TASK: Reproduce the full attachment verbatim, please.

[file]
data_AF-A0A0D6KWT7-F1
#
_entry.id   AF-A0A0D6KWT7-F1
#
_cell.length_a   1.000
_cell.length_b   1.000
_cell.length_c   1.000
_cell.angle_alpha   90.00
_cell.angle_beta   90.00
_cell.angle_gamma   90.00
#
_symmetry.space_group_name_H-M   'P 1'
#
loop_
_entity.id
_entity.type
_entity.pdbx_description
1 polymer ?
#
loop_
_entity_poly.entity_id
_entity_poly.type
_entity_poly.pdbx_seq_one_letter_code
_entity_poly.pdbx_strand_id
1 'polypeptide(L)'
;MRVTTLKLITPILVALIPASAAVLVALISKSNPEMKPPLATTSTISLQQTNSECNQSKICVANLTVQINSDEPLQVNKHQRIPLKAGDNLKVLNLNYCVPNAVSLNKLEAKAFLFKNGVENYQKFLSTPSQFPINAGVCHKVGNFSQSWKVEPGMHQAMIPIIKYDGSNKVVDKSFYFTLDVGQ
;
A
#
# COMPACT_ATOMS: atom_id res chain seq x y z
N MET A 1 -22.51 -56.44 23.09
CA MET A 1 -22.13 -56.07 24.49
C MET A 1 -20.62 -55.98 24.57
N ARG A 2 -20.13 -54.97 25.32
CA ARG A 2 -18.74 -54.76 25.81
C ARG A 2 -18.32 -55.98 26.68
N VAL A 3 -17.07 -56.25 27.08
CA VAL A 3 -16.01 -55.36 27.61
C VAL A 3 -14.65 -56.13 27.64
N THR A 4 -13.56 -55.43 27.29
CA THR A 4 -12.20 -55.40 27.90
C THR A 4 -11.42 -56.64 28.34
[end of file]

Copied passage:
data_AF-A0A0D6KWT7-F1
#
_entry.id   AF-A0A0D6KWT7-F1
#
_cell.length_a   1.000
_cell.length_b   1.000
_cell.length_c   1.000
_cell.angle_alpha   90.00
_cell.angle_beta   90.00
_cell.angle_gamma   90.00
#
_symmetry.space_group_name_H-M   'P 1'
#
loop_
_entity.id
_entity.type
_entity.pdbx_description
1 polymer ?
#
loop_
_entity_poly.entity_id
_entity_poly.type
_entity_poly.pdbx_seq_one_letter_code
_entity_poly.pdbx_strand_id
1 'polypeptide(L)'
;MRVTTLKLITPILVALIPASAAVLVALISKSNPEMKPPLATTSTISLQQTNSECNQSKICVANLTVQINSDEPLQVNKHQRIPLKAGDNLKVLNLNYCVPNAVSLNKLEAKAFLFKNGVENYQKFLSTPSQFPINAGVCHKVGNFSQSWKVEPGMHQAMIPIIKYDGSNKVVDKSFYFTLDVGQ
;
A
#
# COMPACT_ATOMS: atom_id res chain seq x y z
N MET A 1 -22.51 -56.44 23.09
CA MET A 1 -22.13 -56.07 24.49
C MET A 1 -20.62 -55.98 24.57
N ARG A 2 -20.13 -54.97 25.32
CA ARG A 2 -18.74 -54.76 25.81
C ARG A 2 -18.32 -55.98 26.68
N VAL A 3 -17.07 -56.25 27.08
CA VAL A 3 -16.01 -55.36 27.61
C VAL A 3 -14.65 -56.13 27.64
N THR A 4 -13.56 -55.43 27.29
CA THR A 4 -12.20 -55.40 27.90
C THR A 4 -11.42 -56.64 28.34